Opening Reception, Friday May 12, 6-9PM
May 10 - May 20
Visual Arts Facility, Graduate Gallery

With huge thanks for the work and participation from Trevor Amery, Mike Calway-Fagen, Chelsea Culprit, Farrah Emami, Audrey Hope, Tim Mann, SANGREE, Kim-Anh Schreiber, Allison Wiese, & Chantal Wnuk.

As the Argus approached the cannibalized Medusa, the Argonauts struggled to tell the difference between bodies of the living and those whose bodies had turned to stone. It had been 13 days and from the original 151 passengers on board the raft, 15 had survived albeit wounded, starving, and visions of their former selves. These numbers it should be noted have cosmic significance, 13 often considered an ominous number, excluded from elevators around the globe and 151 surpassing Dunbar’s number, the assumed cognitive limit for human social relationships, by 1. Perhaps that’s how we arrive at 15? Just lob off the 1. Over the course of the 13 days adrift on the machine the passengers suffered and caused innumerable horrors. Viscount Hugues Duroy de Chaumareys, an emigré loyal to the now reinstated French king, ran their ship aground off the shore of Senegal. From pieces of the shipwrecked Medusa a raft was built, massive in scale, it was to be towed by the lifeboats which contained half the crew of the ship, to shore. The raft, having sunk to thigh deep, created a drag and so the order was given to cut the line. At first they thought it was a mistake and that help would be on its way forthwith but when it became clear they had been left to die terror ensued. Night after night mutinies broke out. Having only brought wine they were soon starving and turned their hungry drunken eyes upon the corpses strewn about the machine. One day, as luck would have it, flying fish found themselves trapped in the machine's construction and they began mixing human flesh with the tiny fish. In the last few days people became hysterical. Some threw themselves overboard believing they could swim to shore and would bring help. They would have hallucinations of their salvation. On the 12th evening looking out on the horizon they saw a ship silhouetted. They debated if it was getting nearer or moving away. At times salvation and damnation share in appearances and with a flash the ship dipped out of view. On the next morning, having all accepted their damned fate they awoke with the Argus closing in on them. Those 13 days, this ordeal, the machine itself, its passengers, and the events serve as a model of self governance; a floating heterotopia if you will.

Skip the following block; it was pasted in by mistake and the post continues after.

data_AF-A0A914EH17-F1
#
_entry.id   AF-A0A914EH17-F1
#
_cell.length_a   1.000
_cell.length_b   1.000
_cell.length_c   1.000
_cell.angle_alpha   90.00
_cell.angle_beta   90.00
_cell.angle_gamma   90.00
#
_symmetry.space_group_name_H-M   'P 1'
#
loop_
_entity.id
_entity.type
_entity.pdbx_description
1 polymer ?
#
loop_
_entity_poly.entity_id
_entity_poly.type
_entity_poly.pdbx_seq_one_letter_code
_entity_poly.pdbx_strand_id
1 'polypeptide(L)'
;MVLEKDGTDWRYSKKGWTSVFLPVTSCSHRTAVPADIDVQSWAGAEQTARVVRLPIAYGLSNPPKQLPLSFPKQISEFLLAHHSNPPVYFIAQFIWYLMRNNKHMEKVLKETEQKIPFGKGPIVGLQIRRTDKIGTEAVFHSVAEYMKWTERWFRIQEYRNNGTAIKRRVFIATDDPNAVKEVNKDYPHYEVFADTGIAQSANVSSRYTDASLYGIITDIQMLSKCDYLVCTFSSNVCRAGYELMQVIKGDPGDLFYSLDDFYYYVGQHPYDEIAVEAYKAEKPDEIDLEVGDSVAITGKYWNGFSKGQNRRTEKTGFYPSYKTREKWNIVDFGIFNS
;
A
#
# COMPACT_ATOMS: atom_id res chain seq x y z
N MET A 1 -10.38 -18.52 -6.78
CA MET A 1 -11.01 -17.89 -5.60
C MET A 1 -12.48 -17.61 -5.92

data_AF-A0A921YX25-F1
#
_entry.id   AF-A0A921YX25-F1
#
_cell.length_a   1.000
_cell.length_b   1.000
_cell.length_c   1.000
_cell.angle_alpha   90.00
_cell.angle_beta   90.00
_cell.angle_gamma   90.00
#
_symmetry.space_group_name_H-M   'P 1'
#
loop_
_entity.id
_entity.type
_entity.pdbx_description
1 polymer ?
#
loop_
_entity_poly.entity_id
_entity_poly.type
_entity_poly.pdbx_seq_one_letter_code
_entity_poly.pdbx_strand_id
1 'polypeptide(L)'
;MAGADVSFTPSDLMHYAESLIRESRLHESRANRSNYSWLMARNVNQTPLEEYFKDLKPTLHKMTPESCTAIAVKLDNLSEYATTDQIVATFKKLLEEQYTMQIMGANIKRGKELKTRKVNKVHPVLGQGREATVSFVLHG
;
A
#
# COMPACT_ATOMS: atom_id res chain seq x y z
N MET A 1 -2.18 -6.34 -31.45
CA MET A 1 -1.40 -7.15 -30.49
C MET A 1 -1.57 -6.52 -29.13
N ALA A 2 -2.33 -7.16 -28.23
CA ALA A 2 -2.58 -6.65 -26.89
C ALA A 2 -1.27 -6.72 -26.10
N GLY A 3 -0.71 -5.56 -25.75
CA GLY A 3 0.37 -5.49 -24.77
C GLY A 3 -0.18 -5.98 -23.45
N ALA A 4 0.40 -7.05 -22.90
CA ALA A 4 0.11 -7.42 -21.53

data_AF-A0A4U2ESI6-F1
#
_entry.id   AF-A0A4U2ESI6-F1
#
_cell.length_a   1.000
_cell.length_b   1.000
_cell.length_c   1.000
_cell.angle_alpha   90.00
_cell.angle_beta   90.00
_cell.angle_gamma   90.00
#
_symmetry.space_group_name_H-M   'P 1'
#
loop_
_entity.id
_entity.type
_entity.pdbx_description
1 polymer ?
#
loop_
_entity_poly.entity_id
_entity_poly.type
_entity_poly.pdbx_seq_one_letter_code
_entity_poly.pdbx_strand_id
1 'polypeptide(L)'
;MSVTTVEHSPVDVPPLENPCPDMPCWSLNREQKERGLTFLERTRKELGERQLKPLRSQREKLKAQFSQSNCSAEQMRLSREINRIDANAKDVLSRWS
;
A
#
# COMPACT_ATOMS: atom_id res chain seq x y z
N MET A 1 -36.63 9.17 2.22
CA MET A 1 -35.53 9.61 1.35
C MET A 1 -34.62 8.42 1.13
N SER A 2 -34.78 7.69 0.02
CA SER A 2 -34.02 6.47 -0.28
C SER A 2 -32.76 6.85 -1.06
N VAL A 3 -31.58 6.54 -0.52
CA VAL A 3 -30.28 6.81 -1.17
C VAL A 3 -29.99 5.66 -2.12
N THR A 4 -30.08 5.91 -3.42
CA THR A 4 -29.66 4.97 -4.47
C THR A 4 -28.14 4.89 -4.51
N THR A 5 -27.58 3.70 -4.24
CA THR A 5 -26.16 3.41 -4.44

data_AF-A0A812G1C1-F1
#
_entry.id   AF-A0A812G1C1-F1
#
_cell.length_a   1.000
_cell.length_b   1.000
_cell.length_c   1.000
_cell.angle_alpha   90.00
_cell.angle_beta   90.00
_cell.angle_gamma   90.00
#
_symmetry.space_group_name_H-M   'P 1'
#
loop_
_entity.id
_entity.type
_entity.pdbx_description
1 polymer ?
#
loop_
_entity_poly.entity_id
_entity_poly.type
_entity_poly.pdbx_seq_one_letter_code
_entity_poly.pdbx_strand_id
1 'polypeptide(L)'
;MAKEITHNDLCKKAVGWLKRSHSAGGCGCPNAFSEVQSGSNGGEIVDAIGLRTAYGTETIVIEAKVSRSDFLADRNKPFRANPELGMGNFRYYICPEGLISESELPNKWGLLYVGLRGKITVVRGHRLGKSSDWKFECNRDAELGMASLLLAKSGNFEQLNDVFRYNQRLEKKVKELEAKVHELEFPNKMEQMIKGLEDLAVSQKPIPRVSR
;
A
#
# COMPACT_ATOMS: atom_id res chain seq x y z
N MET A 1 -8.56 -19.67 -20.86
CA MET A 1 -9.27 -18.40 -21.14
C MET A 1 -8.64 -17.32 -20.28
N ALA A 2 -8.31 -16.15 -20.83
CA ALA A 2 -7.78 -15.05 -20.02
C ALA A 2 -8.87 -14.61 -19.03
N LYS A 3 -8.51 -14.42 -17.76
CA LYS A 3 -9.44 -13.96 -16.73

Am I a raft? Or am I a passenger?